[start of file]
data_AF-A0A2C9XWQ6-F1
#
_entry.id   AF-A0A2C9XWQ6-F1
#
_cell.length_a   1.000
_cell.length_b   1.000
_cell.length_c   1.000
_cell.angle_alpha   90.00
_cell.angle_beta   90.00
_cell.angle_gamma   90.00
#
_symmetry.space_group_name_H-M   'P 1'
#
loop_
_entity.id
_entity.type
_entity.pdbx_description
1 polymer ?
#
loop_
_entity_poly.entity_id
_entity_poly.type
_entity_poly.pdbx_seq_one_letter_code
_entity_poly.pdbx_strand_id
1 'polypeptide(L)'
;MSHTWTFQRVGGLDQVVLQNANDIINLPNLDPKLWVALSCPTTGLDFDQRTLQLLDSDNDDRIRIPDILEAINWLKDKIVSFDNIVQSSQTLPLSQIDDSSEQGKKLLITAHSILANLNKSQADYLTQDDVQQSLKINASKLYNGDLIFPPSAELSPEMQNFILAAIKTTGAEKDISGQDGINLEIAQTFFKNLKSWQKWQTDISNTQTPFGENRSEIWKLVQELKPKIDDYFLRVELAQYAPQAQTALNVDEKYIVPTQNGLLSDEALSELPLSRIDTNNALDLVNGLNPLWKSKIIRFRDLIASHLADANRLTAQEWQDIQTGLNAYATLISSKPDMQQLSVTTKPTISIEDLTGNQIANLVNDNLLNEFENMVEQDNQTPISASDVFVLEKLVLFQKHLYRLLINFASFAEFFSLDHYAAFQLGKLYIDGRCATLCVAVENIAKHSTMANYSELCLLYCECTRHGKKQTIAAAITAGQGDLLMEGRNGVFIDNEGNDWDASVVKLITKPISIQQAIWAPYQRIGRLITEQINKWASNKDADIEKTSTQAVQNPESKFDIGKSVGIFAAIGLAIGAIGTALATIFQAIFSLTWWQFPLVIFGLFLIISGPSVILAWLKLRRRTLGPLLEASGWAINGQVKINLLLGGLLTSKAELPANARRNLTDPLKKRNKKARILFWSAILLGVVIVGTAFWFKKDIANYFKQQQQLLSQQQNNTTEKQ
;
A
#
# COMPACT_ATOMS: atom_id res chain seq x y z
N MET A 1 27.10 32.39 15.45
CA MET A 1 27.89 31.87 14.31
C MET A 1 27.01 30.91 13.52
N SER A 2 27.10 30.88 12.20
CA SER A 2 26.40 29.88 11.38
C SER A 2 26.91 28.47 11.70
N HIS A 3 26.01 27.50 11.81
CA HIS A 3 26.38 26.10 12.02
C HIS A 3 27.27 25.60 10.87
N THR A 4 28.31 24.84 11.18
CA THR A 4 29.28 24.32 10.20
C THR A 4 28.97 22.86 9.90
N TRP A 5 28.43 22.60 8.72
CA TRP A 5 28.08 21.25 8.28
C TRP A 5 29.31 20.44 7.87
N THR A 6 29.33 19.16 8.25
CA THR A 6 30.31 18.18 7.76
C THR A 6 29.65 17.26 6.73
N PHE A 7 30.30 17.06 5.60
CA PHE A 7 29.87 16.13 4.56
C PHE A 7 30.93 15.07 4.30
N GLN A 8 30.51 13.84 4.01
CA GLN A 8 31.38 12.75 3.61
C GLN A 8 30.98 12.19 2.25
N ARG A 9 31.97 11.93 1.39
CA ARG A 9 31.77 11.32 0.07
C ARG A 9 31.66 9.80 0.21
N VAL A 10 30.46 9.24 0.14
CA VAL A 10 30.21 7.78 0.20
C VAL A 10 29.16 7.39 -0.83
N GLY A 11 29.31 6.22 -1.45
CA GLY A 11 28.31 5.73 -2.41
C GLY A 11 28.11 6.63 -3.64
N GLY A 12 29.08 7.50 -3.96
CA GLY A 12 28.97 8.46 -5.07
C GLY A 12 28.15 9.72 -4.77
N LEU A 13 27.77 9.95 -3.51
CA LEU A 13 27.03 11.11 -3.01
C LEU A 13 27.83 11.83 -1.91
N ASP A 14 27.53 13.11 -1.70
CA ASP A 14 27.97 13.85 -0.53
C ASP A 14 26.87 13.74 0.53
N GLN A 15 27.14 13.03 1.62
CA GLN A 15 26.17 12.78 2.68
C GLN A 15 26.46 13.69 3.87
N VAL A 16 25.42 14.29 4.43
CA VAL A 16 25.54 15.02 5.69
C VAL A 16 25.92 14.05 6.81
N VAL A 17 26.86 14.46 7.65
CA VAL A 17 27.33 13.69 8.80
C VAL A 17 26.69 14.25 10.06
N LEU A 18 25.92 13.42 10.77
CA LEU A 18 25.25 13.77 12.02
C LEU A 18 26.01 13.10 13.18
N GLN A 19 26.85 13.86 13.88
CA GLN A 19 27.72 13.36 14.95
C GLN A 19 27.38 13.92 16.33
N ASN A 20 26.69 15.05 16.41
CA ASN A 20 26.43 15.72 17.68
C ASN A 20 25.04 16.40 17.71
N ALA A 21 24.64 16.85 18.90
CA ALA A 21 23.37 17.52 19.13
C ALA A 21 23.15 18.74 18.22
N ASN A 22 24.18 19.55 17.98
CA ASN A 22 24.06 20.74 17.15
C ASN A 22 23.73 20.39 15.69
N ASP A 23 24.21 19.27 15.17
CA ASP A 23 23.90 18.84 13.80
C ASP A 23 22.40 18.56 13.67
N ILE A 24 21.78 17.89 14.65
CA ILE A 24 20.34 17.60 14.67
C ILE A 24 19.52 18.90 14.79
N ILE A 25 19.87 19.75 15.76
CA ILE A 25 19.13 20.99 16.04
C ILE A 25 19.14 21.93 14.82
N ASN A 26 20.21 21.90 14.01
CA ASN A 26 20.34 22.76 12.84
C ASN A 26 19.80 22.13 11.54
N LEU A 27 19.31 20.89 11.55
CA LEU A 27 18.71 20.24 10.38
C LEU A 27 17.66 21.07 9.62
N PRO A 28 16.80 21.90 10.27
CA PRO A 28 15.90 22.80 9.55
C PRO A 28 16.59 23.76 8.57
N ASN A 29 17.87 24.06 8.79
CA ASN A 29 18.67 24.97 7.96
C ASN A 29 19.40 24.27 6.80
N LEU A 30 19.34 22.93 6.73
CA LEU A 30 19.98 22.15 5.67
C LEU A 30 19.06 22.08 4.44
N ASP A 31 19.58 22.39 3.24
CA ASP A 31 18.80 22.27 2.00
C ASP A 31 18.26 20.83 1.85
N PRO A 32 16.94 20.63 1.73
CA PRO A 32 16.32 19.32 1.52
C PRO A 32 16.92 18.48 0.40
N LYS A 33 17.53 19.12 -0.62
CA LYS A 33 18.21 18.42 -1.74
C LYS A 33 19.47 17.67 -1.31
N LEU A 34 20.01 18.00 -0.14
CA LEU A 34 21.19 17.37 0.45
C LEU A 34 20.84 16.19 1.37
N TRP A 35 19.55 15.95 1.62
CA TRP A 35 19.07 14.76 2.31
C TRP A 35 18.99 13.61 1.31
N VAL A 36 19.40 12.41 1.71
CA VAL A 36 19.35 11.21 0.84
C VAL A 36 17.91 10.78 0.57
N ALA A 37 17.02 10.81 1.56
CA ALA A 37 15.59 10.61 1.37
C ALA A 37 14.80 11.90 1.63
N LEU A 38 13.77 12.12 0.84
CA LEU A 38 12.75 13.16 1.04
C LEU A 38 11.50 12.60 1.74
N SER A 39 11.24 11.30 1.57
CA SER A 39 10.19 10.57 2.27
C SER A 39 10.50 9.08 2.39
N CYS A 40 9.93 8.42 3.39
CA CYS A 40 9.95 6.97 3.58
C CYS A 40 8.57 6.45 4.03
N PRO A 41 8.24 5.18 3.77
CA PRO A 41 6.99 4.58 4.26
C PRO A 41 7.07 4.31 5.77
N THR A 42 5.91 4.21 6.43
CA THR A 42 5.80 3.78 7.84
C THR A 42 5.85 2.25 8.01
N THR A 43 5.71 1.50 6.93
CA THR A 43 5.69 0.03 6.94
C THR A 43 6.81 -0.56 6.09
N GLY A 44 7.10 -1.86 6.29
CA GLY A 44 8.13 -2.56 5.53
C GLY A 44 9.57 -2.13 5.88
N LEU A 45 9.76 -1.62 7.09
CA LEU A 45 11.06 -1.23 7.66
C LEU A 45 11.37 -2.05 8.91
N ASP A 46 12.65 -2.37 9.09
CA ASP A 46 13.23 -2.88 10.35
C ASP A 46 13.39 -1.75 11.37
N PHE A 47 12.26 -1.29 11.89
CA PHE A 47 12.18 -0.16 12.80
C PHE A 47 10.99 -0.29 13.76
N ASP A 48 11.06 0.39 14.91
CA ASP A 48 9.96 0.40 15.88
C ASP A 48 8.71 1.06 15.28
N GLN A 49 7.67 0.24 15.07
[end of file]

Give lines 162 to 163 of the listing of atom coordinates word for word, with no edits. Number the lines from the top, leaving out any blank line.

C GLY A 44 9.57 -2.13 5.88
N LEU A 45 9.76 -1.62 7.09